Military sports 2012: Too much and too little = too much frustration
Published: June 27, 2012
Too little of one thing and too much of another appear to be taking their toll on Pacificwide interservice sports tournaments and the U.S. Forces Japan-American Football League, and the Korea Traveling League’s inaugural jamboree season structure.
With the USFJ-AFL headed into its home stretch, players now more than ever are facing increasing demands from work and on the home front, given the continuing high operations tempo, both spouses working or deployed, working swing and graveyard shifts. All of which rob teams of needed practice time, especially on offense to ensure plays are properly executed.
That said, coaches rightly are doing a slow burn whenever they get single-digit numbers out for practice during the week, but have 50 to 60 players show up on game day clearly unprepared because they’ve not gone through the repetition routine with the entire team together.
The occasional 30-yard game-winning touchdown pass from Sanford James to Allein Powell to give defending champion Foster a last-second 13-8 win over Camp Hansen was a terrific play, but hardly necessary given the context in which you find USFJ-AFL offenses these days in general. The defenses are staunch; I’d put them up against a great many NAIA or lower NCAA division teams. The offenses? Sometimes couldn’t find the end zone with two hands and a flashlight.
At least two teams called off practice for the rest of the week, and have put out the word to their players: Come Monday, the numbers better be in the mid double-digits … or they’ll ask for gear to be turned in and call it a season.
I’d say that’s a bit drastic, but it’s clearly emblematic of a deadly serious problem that’s affecting military sports on all levels, Pacific and everywhere else.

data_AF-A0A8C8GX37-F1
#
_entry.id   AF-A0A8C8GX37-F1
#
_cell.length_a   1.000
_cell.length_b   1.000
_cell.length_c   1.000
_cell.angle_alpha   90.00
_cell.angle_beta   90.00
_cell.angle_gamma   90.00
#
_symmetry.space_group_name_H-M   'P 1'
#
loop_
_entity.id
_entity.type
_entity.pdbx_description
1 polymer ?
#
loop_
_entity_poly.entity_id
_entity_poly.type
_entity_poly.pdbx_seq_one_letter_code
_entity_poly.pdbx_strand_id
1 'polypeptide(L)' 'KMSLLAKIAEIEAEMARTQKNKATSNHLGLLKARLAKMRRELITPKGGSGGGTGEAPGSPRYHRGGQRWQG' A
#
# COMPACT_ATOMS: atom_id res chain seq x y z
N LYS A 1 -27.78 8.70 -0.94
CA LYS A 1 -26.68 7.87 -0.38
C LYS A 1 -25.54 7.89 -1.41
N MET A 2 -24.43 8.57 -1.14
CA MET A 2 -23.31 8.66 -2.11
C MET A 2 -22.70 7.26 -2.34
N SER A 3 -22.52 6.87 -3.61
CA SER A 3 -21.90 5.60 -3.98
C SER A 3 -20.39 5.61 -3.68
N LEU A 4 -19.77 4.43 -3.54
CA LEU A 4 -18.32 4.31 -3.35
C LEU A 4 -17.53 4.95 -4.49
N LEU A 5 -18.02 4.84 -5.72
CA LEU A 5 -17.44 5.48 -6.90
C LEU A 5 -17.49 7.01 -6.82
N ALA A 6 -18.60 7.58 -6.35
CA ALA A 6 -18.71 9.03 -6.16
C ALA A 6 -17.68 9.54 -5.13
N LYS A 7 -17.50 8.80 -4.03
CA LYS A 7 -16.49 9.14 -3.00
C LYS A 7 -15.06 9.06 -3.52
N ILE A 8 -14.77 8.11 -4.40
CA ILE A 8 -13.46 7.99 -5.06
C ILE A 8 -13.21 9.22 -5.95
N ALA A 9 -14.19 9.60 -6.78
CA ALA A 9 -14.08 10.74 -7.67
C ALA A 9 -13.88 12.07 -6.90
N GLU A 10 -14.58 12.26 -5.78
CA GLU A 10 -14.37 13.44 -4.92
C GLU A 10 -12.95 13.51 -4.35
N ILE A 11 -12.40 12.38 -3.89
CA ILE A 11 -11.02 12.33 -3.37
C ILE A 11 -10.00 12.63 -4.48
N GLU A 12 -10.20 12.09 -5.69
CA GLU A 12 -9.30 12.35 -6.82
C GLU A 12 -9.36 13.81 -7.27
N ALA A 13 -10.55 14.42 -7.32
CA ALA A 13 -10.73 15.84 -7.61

Face it: GIs are hired to defend the country, not play ball. That said, the opportunities for the elite athlete to hone their game are disappearing at an alarming rate.
You can see that in the numbers (or lack thereof) in this week’s July 4th holiday basketball tournament on Guam, the Andersen Summer Slam, and softball tournament on Okinawa, the Pacificwide Firecracker. Numbers of teams in each are way down from past years, just seven men’s teams at Andersen and 13 men’s and four women’s teams on Okinawa.
The downsizing of Pacificwide softball and basketball tournaments in recent years is hardly news. Truth be told, with the exception of Osan Air Base and Andersen Air Force Base which support each other’s basketball tournaments unquestioned and the Pacificwide Open Softball Tournament which welcomes players and teams worldwide, these so-called “Pacificwide” tournaments are becoming little more than glorified on-island events.
No Army teams from Korea are traveling to either the Summer Slam or Firecracker; they used to be a full-fledged staple at each. Something about how the bean counters must keep closer eye on how morale, welfare and recreation dollars are being spent. Core programs such as fitness and company-level sports get virtually the entire till – and that should be the case, in terms of the lions’ share of money going to the “fit to fight” programs.
Still, there’s that $1.75 billion taxpayer-funded Armed Forces Sports industry, which suffers every time one of the services does away with command tournaments, such as the Marines did last year, or when long-term decisions made by short-term people include cutting back on opportunities for elite athletes to ramp up their game at a higher level than intramural ball.
That’s why I’m relieved we still have post-level softball – even in its current form, weekly jamborees – in South Korea. Instead of teams traveling to each other’s posts for two weekend doubleheaders each Saturday and Sunday, all post-level teams in Korea travel to one destination or another – last week it was Yongsan Garrison – for what pretty much amount to two-day round-robin tournaments.
And from what the message traffic has been telling me, it’s not all good. One anti-jamboree advocate calls the system “terrible.” For men, it’s seven games over two days and for women, it’s five games over two days. Not enough time to recover from one jamboree when it’s time to move onto the next one. Not every player is 20-something and capable of committing from 9 a.m. Saturday to 5 p.m. Sunday every weekend or every other weekend.
I guess it could be said that too much post-level softball in too little time is far better than no post-level softball at all, which is the direction we were headed until the jamboree concept was suggested. And I hope that a similar concept, maybe one a bit less labor-intensive but preserves varsity ball, is put on the hardwood come November when it’s time for post-level basketball to take the court in Korea.